By Kathryn Flagg, writing for Seven Days.
Speaking for myself, I have kind of a love/hate relationship with the CSA model. On the one hand, it's incredibly convenient to get a weekly stash of straight-from-the-farm fresh vegetables, and I love that I've been exposed to so many new flavors (e.g., garlic scapes). On the other hand, some of our shares have spoiled quickly, and I also find that we receive a lot of produce that we know that we don't like (e.g., eggplant, mushrooms). I'm also not totally convinced that it's necessarily saving me money during the summer months when it comes to the produce portion of my groceries. Granted, the goal isn't specifically to save money, nor to completely replace my usual spend on produce, but how much we "supplement" the share can vary considerably from week to week.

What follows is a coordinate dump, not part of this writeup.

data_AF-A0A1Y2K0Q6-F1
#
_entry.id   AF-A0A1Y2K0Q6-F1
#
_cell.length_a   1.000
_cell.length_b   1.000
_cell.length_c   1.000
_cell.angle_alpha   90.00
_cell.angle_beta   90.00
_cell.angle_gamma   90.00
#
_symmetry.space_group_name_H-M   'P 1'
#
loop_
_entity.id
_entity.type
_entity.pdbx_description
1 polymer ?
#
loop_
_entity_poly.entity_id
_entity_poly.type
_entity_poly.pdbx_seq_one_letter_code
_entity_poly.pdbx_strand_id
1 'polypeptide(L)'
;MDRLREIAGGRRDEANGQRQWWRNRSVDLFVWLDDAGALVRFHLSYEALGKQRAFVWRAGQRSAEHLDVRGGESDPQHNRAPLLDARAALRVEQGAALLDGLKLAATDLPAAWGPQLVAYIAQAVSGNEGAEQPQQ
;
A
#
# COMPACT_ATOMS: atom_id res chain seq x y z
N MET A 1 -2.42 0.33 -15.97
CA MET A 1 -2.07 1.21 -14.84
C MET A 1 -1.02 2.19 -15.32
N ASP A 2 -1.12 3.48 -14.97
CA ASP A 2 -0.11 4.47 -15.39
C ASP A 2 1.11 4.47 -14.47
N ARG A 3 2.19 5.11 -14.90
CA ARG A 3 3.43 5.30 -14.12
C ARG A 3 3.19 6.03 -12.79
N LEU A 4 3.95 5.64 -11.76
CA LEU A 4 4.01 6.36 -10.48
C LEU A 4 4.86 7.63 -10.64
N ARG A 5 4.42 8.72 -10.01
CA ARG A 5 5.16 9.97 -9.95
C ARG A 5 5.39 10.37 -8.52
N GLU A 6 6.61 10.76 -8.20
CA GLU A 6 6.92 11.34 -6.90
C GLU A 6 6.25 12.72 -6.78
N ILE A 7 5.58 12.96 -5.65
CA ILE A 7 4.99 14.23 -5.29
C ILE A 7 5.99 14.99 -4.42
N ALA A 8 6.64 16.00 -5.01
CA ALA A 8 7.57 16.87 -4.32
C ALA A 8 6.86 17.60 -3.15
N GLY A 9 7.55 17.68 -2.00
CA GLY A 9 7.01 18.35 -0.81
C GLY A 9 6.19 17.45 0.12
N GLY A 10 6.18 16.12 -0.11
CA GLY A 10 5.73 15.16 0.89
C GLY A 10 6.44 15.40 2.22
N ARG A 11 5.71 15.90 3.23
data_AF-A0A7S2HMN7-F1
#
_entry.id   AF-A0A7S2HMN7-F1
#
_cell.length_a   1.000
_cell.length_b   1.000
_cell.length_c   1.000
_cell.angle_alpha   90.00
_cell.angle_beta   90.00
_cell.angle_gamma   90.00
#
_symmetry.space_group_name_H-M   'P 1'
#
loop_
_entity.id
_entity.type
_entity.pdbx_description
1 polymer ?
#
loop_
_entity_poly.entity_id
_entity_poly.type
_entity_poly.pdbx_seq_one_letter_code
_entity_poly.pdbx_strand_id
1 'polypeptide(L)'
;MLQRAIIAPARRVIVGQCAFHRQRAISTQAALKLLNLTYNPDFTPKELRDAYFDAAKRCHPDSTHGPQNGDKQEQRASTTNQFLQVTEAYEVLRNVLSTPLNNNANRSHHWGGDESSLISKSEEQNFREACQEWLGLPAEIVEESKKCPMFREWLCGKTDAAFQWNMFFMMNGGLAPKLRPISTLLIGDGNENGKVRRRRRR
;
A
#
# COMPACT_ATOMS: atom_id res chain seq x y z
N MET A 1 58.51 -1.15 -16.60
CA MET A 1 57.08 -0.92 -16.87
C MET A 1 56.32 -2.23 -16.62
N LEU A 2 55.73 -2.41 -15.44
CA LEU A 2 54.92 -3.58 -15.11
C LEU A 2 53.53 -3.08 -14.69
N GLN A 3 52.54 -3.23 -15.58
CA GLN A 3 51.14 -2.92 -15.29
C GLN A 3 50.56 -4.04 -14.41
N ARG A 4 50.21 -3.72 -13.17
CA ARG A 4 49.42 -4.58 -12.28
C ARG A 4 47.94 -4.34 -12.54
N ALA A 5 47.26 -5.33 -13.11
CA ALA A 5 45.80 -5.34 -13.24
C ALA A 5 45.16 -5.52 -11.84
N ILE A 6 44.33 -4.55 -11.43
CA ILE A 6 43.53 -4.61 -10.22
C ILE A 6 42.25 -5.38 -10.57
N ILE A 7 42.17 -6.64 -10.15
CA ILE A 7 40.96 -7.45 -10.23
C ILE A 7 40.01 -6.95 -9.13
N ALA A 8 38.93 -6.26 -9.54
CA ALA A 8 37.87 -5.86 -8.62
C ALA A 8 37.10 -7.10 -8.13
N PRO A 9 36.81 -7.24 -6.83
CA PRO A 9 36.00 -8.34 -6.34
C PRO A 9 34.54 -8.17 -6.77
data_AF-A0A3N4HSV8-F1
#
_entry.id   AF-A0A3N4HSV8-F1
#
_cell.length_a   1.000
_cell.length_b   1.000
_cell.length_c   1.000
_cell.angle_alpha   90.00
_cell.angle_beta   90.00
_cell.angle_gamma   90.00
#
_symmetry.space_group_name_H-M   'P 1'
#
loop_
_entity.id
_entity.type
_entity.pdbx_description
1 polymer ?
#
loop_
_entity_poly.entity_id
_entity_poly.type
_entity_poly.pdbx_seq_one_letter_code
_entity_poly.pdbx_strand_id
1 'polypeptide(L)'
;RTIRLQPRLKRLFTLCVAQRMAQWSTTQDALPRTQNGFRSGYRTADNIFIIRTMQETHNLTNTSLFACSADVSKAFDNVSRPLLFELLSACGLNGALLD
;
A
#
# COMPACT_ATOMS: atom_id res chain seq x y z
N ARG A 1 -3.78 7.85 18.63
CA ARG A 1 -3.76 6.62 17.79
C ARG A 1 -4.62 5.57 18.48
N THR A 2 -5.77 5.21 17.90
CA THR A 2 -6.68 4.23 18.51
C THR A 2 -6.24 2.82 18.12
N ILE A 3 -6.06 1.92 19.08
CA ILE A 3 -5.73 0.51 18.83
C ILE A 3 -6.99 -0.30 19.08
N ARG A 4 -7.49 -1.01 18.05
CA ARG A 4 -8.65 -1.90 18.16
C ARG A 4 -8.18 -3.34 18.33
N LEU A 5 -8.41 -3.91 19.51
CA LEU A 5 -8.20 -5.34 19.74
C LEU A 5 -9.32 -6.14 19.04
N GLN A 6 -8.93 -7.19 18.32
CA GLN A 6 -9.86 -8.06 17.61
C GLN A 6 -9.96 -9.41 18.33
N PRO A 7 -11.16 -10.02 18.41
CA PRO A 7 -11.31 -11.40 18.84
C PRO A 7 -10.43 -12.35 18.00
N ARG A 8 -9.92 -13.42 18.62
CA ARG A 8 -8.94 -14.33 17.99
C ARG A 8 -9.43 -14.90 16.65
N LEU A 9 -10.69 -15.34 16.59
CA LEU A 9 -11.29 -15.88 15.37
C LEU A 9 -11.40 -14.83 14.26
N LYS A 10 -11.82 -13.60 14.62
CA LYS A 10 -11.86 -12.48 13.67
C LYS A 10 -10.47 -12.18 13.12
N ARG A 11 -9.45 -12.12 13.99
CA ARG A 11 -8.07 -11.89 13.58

By Greg Sandoval, writing at CNET News; the quote from Michael Pachter just about sums it up:
"Consumers weren't looking for Reed to get out of the DVD business. They were just looking for more streaming content."
(Via Daring Fireball.)
Lyza Gardner, writing at the Cloud Four blog, demonstrates the power of
em-based media queries. There’s a quirk or two (though fortunately she’s documented them) but the big win is that–as one commenter points out–this technique helps to resolve user-zoom issues (one of the great “elephants in the room” of web design).
Garance Franke-Ruta, writing for The Atlantic:
In this case, it was like a wall that only threw off a little bit of dust in response to a major collision, and then scientists were able to tell that the wall was there because they took a picture of the dust before it blew away. Except in this case the wall is also continuous and infinite, and invisible, and we all live inside of it, and it's what gives us mass, which is to say the quality of physical existence.